Hawaii worker 'temporarily reassigned' after missile false alarm - MRCAESAR.COM

Sunday, 14 January 2018

Hawaii worker 'temporarily reassigned' after missile false alarm

The worker realized the epic blunder after receiving the ballistic missile alert on his phone. (SOCIAL MEDIA/REUTERS)
The employee responsible for inspiring mass panic with Hawaii's missile alert misfire has been "temporarily reassigned" pending an internal investigation of the blunder, officials said Sunday.
The longtime Hawaii Emergency Management Agency worker pressed the wrong button — twice — during a shift change, leading thousands of people on the idyllic state to believe a ballistic missile was headed for them.
The employee, who has not been identified, selected a missile launch warning from a drop-down menu instead of selecting an internal test alert that kicks off a new shift, agency spokesman Richard Rapoza said.
Not knowing he had selected the wrong option, he clicked “yes” when the computer prompt asked if he would like to continue. The worker realized the epic proportions of his error after receiving the same frightening missile alert on his own phone.
Rapoza said he will focus on other duties in the aftermath of the false alarm.
Hawaii Emergency Management Agency administrator Vern Miyagi defended his worker Saturday when asked if he will face consequences for the technical gaffe.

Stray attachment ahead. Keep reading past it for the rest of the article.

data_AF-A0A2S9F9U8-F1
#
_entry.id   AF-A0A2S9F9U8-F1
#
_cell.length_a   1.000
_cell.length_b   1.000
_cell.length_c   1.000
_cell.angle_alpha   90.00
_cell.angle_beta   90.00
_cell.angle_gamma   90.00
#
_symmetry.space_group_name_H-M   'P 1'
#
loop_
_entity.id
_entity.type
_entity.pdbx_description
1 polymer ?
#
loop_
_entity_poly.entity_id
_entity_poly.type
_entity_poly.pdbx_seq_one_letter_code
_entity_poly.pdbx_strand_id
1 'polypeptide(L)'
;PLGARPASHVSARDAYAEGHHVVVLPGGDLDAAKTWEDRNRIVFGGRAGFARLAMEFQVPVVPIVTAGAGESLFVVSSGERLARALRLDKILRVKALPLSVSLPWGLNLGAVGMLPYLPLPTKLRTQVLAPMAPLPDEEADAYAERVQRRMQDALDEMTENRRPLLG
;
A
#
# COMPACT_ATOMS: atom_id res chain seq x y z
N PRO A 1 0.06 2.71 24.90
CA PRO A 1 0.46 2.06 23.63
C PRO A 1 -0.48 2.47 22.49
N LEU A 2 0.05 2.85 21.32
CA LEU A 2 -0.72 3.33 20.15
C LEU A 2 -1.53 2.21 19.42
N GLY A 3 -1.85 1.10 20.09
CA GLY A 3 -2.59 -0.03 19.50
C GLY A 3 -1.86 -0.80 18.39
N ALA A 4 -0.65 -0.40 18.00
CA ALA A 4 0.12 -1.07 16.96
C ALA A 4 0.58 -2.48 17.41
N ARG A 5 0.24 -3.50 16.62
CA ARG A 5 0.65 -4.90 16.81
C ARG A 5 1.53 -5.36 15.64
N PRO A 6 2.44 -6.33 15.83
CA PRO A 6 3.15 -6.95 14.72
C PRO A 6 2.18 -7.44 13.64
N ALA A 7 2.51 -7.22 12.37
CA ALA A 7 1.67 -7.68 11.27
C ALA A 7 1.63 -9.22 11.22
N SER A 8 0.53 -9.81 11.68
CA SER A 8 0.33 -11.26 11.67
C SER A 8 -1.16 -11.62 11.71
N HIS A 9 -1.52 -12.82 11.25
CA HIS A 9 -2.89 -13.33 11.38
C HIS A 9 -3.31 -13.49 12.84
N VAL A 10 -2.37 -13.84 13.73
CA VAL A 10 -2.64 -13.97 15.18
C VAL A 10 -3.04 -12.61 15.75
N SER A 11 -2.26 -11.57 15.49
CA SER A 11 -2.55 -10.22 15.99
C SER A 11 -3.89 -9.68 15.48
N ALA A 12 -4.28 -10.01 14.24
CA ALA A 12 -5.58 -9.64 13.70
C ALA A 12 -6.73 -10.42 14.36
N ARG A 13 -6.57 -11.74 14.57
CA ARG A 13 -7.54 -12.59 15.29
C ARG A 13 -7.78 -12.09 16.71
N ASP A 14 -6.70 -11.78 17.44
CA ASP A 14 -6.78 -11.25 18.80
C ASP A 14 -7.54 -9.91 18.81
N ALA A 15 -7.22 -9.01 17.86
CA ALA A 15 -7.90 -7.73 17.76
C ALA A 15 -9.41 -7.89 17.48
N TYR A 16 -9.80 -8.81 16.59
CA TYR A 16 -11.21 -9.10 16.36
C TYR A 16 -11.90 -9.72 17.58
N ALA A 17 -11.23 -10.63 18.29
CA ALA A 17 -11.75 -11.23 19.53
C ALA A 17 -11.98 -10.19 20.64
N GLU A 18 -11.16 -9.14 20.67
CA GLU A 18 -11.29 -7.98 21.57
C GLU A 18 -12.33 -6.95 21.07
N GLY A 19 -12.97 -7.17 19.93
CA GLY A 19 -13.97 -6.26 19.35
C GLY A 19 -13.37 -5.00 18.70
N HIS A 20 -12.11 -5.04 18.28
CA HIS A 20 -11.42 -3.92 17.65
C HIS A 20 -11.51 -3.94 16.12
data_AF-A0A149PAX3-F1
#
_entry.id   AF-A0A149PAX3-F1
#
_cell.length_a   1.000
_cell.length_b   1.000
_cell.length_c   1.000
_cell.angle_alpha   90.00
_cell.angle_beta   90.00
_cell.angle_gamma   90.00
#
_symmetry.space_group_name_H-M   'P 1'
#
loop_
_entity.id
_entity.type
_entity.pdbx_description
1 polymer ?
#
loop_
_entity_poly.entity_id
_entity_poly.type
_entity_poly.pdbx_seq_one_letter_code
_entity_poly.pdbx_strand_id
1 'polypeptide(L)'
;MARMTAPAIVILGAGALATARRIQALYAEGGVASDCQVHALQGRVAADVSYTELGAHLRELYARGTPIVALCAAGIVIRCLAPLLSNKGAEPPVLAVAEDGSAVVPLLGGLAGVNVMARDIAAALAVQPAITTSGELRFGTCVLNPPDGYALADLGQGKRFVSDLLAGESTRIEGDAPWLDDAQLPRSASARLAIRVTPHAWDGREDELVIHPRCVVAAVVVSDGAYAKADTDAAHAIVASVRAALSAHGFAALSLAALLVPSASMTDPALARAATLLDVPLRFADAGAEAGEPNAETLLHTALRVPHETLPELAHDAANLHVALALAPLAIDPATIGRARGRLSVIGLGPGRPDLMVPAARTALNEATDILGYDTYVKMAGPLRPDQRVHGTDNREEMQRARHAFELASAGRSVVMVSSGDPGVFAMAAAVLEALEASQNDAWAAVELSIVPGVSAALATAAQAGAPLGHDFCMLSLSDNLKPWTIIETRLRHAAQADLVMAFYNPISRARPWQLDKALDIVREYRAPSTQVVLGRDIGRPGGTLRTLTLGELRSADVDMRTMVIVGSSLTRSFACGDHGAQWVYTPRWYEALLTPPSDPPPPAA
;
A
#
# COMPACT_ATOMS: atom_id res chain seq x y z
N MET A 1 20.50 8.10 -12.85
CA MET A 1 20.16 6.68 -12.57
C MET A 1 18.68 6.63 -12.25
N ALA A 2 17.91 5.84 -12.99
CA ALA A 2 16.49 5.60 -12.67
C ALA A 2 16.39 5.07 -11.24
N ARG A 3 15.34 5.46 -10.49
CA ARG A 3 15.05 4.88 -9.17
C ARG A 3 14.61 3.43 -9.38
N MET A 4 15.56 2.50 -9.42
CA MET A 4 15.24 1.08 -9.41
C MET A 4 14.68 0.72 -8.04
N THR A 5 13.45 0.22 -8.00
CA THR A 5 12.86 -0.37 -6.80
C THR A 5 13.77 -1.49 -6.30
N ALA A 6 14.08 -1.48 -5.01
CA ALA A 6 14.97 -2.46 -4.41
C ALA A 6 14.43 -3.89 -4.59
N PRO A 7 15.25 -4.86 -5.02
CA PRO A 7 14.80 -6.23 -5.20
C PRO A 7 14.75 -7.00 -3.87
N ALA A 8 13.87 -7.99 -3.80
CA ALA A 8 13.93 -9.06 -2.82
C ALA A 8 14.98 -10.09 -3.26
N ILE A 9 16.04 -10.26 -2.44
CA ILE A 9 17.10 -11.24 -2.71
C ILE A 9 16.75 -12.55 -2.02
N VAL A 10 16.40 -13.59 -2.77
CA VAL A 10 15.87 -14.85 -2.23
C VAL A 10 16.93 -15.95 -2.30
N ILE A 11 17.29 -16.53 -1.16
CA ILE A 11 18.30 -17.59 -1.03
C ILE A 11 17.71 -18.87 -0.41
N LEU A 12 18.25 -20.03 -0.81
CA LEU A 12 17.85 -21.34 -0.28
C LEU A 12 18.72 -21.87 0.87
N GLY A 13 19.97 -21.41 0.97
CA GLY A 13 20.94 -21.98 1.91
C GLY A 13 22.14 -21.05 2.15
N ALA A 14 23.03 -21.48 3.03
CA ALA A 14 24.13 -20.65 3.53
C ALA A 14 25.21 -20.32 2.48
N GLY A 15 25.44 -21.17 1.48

The worker responsible for the erroneous missile alert will focus on other duties for now. (ANTHONY QUINTANO/AP)
“You gotta know this guy feels bad, right? I mean, he’s not doing this on purpose,” Miyagi said. “It was a mistake on his part. He feels terrible about it and it won’t happen again.”
The snafu went uncorrected for nearly 40 minutes as state officials waited for federal authorization to issue another alert retracting the mistaken warning.
The agency has since changed protocols to require two people to authorize an alert.
The state of Hawaii "did not have reasonable safeguards or process controls in place to prevent the transmission of a false alert," Federal Communications Commission Chairman Ajit Pai said, calling the mistake "absolutely unacceptable."
An investigation of the false alarm is expected to be completed by next week in hopes that similar mistakes will not happen again.

- ny news 

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